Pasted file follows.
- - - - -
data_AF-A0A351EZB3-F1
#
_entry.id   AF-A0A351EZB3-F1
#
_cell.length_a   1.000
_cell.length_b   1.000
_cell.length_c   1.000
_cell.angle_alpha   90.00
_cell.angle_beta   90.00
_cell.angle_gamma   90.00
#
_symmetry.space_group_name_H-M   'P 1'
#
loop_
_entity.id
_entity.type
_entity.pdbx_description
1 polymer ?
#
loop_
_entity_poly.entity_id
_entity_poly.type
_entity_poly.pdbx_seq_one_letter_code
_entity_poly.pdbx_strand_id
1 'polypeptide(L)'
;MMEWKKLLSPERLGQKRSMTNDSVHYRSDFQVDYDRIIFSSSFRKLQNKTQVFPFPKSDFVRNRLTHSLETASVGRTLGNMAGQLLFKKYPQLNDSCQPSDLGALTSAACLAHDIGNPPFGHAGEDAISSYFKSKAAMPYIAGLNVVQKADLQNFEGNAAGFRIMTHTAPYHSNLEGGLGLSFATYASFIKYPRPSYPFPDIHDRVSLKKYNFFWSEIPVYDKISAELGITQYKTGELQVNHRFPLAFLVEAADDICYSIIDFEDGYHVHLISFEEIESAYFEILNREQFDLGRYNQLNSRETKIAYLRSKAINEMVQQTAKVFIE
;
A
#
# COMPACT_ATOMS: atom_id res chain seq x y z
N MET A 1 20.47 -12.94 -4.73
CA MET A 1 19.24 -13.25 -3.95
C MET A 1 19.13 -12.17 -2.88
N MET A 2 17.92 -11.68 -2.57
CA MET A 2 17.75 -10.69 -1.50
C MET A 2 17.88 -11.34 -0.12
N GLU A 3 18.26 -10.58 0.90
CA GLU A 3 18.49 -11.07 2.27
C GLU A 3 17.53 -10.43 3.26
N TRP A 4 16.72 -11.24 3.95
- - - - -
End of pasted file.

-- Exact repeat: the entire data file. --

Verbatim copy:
data_AF-A0A351EZB3-F1
#
_entry.id   AF-A0A351EZB3-F1
#
_cell.length_a   1.000
_cell.length_b   1.000
_cell.length_c   1.000
_cell.angle_alpha   90.00
_cell.angle_beta   90.00
_cell.angle_gamma   90.00
#
_symmetry.space_group_name_H-M   'P 1'
#
loop_
_entity.id
_entity.type
_entity.pdbx_description
1 polymer ?
#
loop_
_entity_poly.entity_id
_entity_poly.type
_entity_poly.pdbx_seq_one_letter_code
_entity_poly.pdbx_strand_id
1 'polypeptide(L)'
;MMEWKKLLSPERLGQKRSMTNDSVHYRSDFQVDYDRIIFSSSFRKLQNKTQVFPFPKSDFVRNRLTHSLETASVGRTLGNMAGQLLFKKYPQLNDSCQPSDLGALTSAACLAHDIGNPPFGHAGEDAISSYFKSKAAMPYIAGLNVVQKADLQNFEGNAAGFRIMTHTAPYHSNLEGGLGLSFATYASFIKYPRPSYPFPDIHDRVSLKKYNFFWSEIPVYDKISAELGITQYKTGELQVNHRFPLAFLVEAADDICYSIIDFEDGYHVHLISFEEIESAYFEILNREQFDLGRYNQLNSRETKIAYLRSKAINEMVQQTAKVFIE
;
A
#
# COMPACT_ATOMS: atom_id res chain seq x y z
N MET A 1 20.47 -12.94 -4.73
CA MET A 1 19.24 -13.25 -3.95
C MET A 1 19.13 -12.17 -2.88
N MET A 2 17.92 -11.68 -2.57
CA MET A 2 17.75 -10.69 -1.50
C MET A 2 17.88 -11.34 -0.12
N GLU A 3 18.26 -10.58 0.90
CA GLU A 3 18.49 -11.07 2.27
C GLU A 3 17.53 -10.43 3.26
N TRP A 4 16.72 -11.24 3.95